Why should I lime my lawn, and When is the best time?
Liming the soil is done to adjust the pH of the soil. The pH of your soil should be within a desired range of 6.0-6.8 for turf type grasses. If the pH is above or below this range, then your grass plants have difficulty absorbing certain essential nutrients they need to grow. When the pH falls below 5.8, then lime should be applied to increase it back to the desired range.
Lime can be applied at any time of the year, but it is important to know that it will require at least 3-5 months to have the desired effects on improving soil pH levels. Due to this delayed reaction, R & B Landscaping and Lawn Care, LLC recommends summer application of lime on cool-season grasses such as fescue in preparation for fall seeding, and winter applications of lime for warm-season turf such as bermuda.
What is the importance of aerating my turf?
Oil compaction is a soil condition that makes it very hard for grass to grow because the flow of air and water into the root system of your turf is restricted. The more use a lawn gets from such things as people and sports, the greater the risk of packing down the soil. The best method to soften the soil is by core aeration, or pulling plugs of sod up out the ground with a special machine. R & B Landscaping and Lawn Care, LLC lawn specialists recommend that homeowners aerate their fescue turf in the fall prior to seeding, and aerate their Bermuda grass in the spring/summer months. Aerating your turf will encourage deep root growth, better air exchange in the soil, and improved movement of water & nutrients into the soil profile. This will help you get the best out of your landscaping.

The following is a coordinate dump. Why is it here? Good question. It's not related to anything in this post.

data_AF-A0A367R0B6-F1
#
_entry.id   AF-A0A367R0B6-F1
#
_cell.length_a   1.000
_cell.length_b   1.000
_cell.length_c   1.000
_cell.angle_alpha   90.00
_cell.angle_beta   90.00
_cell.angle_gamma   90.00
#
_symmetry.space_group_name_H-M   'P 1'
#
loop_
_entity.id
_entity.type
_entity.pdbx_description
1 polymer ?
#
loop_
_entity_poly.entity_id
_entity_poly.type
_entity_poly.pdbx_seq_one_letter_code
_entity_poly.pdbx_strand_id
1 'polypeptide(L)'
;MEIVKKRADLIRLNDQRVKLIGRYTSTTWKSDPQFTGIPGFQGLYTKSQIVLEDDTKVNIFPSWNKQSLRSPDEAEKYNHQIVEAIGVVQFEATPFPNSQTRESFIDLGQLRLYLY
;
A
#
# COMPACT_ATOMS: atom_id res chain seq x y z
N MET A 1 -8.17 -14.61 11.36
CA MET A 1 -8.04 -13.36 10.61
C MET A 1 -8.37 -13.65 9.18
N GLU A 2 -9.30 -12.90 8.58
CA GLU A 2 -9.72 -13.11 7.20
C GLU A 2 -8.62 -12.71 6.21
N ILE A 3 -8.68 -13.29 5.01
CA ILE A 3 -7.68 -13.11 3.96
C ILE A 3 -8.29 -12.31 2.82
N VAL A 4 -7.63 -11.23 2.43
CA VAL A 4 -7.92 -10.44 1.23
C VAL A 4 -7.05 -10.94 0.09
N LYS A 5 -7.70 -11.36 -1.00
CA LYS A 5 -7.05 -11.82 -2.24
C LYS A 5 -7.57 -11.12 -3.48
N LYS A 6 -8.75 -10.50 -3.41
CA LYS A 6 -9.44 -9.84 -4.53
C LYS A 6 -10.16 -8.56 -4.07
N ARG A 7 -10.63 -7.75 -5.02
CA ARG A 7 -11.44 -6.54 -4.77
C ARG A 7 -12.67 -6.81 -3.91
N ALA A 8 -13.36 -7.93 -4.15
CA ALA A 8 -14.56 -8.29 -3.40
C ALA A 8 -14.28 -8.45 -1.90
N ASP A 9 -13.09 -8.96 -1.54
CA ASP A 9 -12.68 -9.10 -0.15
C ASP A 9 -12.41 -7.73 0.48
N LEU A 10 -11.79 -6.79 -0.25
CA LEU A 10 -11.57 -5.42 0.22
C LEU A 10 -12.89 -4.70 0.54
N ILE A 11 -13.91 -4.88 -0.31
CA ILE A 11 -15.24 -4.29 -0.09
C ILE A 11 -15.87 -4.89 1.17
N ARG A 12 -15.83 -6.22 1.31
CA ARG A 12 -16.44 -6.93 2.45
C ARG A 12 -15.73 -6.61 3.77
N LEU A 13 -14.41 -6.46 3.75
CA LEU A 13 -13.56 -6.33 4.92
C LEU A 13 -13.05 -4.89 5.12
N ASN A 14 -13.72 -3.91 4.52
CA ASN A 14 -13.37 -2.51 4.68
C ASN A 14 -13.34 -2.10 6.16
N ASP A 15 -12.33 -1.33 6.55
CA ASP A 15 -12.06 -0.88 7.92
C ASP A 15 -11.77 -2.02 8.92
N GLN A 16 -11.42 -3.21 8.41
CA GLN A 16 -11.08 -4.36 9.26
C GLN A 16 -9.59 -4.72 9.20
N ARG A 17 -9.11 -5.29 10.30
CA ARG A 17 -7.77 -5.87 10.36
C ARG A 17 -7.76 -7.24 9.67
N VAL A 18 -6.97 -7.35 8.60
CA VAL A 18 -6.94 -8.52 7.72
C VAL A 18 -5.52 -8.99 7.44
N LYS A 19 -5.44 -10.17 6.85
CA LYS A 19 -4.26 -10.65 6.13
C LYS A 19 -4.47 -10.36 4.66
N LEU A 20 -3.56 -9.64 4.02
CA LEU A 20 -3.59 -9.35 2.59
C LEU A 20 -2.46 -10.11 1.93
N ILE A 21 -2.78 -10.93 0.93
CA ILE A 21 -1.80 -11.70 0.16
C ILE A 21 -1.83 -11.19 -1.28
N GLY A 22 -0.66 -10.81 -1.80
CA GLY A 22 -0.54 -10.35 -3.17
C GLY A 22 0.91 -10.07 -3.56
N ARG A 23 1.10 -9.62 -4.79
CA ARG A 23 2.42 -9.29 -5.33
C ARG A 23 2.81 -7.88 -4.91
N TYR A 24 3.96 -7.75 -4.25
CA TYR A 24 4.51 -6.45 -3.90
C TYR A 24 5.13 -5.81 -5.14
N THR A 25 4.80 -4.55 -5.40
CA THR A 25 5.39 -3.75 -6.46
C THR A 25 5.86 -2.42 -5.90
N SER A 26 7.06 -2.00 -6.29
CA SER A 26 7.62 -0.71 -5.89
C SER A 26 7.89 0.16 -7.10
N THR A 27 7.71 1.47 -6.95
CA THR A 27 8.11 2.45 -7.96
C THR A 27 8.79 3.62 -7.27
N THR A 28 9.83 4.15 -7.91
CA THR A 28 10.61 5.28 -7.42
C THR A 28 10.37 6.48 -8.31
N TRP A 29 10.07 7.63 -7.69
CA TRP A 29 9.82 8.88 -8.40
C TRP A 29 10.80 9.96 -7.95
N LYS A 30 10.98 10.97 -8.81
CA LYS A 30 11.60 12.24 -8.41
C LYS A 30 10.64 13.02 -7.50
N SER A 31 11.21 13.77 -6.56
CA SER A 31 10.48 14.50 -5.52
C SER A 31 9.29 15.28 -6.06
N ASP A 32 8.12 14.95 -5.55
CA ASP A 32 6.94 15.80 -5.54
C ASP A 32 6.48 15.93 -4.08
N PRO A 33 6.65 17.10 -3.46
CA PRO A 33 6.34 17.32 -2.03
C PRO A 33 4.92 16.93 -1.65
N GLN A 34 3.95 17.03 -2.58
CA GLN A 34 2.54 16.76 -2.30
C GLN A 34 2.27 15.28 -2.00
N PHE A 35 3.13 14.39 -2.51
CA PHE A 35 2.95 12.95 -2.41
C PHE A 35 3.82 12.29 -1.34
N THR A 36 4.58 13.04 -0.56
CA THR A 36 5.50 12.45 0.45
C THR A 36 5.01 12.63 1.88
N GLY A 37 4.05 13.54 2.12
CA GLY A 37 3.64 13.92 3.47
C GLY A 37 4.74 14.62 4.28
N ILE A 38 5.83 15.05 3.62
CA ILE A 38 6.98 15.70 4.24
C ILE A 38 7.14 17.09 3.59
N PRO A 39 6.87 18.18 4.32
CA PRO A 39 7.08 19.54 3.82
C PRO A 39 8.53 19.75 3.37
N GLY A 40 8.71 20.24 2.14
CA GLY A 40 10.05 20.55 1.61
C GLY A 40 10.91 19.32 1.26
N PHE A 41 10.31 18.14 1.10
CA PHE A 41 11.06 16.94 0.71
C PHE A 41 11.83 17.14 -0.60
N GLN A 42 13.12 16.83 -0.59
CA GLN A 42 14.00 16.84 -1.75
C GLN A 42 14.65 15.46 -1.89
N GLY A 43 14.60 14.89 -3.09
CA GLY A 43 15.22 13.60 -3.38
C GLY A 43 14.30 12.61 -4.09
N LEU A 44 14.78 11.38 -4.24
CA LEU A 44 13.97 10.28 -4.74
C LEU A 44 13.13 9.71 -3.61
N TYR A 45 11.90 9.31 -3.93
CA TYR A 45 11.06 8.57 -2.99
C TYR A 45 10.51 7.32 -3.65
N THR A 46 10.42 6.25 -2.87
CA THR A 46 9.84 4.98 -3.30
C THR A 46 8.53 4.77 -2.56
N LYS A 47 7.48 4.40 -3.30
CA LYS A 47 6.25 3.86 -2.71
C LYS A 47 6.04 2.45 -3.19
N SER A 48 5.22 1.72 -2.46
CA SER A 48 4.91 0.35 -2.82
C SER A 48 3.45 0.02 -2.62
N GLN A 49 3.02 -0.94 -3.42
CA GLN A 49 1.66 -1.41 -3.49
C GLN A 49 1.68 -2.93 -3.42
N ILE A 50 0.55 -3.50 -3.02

What is this yellow stuff in my mulch?
This is a very common Yellow Slime Mold. It is not dangerous, though it may not be an attractive addition to your landscaping. When the mulch traps moisture in the soil, it encourages the growth of this mold. If you want to remove it, pick the entire piece up, being careful not to break it apart. This might release the spores into the air, starting the life cycle of the slime mold again. Dispose of it in a plastic bag, to prevent the spores from spreading further to other parts of your landscaping.